The Impact of the Interferon/TNF-Related Apoptosis-Inducing Ligand Signaling Axis on Disease Progression in Respiratory Viral Infection and Beyond

Front Immunol. 2017 Mar 22:8:313. doi: 10.3389/fimmu.2017.00313. eCollection 2017.


Interferons (IFNs) are well described to be rapidly induced upon pathogen-associated pattern recognition. After binding to their respective IFN receptors and activation of the cellular JAK/signal transducer and activator of transcription signaling cascade, they stimulate the transcription of a plethora of IFN-stimulated genes (ISGs) in infected as well as bystander cells such as the non-infected epithelium and cells of the immune system. ISGs may directly act on the invading pathogen or can either positively or negatively regulate the innate and adaptive immune response. However, IFNs and ISGs do not only play a key role in the limitation of pathogen spread but have also been recently found to provoke an unbalanced, overshooting inflammatory response causing tissue injury and hampering repair processes. A prominent regulator of disease outcome, especially in-but not limited to-respiratory viral infection, is the IFN-dependent mediator TRAIL (TNF-related apoptosis-inducing ligand) produced by several cell types including immune cells such as macrophages or T cells. First described as an apoptosis-inducing agent in transformed cells, it is now also well established to rapidly evoke cellular stress pathways in epithelial cells, finally leading to caspase-dependent or -independent cell death. Hereby, pathogen spread is limited; however in some cases, also the surrounding tissue is severely harmed, thus augmenting disease severity. Interestingly, the lack of a strictly controlled and well balanced IFN/TRAIL signaling response has not only been implicated in viral infection but might furthermore be an important determinant of disease progression in bacterial superinfections and in chronic respiratory illness. Conclusively, the IFN/TRAIL signaling axis is subjected to a complex modulation and might be exploited for the evaluation of new therapeutic concepts aiming at attenuation of tissue injury.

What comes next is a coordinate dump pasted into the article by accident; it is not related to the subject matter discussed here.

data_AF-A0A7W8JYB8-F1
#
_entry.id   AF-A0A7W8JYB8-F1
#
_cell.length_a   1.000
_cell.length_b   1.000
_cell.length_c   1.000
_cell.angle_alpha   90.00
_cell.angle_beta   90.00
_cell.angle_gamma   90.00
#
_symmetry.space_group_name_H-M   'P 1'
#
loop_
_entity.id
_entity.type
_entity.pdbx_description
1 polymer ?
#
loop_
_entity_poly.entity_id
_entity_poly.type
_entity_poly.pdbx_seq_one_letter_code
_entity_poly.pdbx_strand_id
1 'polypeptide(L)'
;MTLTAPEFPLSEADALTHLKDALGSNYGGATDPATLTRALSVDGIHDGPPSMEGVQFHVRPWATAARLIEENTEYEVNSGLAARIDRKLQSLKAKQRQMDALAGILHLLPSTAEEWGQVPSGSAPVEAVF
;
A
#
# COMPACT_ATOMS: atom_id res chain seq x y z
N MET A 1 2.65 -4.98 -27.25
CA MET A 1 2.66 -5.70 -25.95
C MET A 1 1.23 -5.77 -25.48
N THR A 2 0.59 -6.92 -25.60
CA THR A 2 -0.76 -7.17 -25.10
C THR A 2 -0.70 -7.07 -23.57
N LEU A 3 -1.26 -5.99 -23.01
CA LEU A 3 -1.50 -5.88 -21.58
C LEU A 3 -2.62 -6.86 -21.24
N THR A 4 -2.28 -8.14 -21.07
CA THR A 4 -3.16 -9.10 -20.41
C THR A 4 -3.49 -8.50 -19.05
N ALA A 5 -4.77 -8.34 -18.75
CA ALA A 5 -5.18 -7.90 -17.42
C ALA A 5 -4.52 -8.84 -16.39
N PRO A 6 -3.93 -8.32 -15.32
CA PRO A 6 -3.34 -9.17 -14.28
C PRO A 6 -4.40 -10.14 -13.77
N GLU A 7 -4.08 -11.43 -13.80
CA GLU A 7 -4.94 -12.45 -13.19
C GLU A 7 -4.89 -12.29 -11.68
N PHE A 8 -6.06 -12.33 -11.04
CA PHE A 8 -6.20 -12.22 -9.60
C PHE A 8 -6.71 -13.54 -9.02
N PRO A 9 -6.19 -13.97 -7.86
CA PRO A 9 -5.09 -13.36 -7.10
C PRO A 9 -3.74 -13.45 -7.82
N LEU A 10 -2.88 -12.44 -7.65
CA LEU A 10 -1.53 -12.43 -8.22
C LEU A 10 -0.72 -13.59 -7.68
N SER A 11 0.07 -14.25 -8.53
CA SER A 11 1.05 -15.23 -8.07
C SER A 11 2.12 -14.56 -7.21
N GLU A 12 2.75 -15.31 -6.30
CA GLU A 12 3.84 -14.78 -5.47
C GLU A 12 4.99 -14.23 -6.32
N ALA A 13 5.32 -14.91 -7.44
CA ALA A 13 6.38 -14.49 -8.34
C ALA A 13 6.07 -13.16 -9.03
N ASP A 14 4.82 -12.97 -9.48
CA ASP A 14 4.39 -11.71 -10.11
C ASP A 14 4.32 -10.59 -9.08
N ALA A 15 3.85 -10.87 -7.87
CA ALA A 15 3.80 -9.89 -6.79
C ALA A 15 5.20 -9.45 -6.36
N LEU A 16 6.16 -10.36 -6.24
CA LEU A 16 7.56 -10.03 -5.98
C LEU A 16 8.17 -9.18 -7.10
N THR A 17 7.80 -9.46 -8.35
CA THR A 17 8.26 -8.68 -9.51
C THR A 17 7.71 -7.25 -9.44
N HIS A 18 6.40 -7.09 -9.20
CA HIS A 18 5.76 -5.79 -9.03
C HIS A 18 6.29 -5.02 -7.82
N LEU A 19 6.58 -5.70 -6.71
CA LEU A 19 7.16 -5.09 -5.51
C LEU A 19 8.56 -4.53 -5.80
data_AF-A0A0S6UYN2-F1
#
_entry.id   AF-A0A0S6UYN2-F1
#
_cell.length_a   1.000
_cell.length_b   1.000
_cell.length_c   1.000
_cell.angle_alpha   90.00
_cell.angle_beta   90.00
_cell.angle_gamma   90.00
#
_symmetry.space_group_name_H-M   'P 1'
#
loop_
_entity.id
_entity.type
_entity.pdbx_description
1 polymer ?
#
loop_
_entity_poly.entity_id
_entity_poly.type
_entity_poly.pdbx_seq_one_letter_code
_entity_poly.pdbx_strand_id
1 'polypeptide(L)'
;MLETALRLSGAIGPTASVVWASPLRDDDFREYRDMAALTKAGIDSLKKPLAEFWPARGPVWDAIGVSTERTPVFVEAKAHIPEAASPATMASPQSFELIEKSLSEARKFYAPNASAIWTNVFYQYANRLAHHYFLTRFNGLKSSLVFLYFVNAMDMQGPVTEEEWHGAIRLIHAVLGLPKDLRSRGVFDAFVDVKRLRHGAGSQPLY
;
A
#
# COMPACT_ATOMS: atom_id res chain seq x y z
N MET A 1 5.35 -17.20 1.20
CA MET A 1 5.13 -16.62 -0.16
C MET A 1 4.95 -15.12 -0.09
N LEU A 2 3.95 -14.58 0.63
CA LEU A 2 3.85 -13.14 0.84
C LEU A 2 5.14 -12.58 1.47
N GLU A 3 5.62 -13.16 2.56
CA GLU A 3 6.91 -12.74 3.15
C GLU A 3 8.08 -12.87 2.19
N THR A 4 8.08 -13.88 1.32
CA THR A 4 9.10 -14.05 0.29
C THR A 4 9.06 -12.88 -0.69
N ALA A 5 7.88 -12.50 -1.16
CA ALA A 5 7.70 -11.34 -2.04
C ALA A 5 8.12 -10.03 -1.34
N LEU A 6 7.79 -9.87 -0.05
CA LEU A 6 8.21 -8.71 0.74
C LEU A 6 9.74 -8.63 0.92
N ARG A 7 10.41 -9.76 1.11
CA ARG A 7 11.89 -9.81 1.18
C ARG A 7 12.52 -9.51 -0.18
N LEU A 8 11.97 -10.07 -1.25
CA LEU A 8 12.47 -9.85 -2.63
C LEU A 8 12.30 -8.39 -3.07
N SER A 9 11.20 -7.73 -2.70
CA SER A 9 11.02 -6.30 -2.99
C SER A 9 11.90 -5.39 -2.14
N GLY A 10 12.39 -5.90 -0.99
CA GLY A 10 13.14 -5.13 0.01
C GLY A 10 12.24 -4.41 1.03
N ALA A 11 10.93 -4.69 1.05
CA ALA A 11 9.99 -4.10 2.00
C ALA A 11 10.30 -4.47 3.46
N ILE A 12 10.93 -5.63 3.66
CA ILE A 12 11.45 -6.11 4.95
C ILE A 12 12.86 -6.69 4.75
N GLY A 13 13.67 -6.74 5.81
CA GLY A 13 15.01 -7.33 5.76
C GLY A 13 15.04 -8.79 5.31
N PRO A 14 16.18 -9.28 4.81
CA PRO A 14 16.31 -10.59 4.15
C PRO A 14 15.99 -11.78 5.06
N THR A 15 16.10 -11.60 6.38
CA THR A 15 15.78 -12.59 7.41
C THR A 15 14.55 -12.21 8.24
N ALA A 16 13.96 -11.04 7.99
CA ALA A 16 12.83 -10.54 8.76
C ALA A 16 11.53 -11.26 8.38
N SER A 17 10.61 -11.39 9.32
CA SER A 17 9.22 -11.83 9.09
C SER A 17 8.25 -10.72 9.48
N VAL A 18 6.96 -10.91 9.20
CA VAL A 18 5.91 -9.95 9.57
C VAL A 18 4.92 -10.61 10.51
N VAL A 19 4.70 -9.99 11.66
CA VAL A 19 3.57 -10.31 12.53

Keywords: acute lung injury; coronavirus; influenza; innate immunity; interferon; interferon-stimulated genes; respiratory syncytial virus; tumor necrosis factor-related apoptosis-inducing ligand.

Publication types

  • Review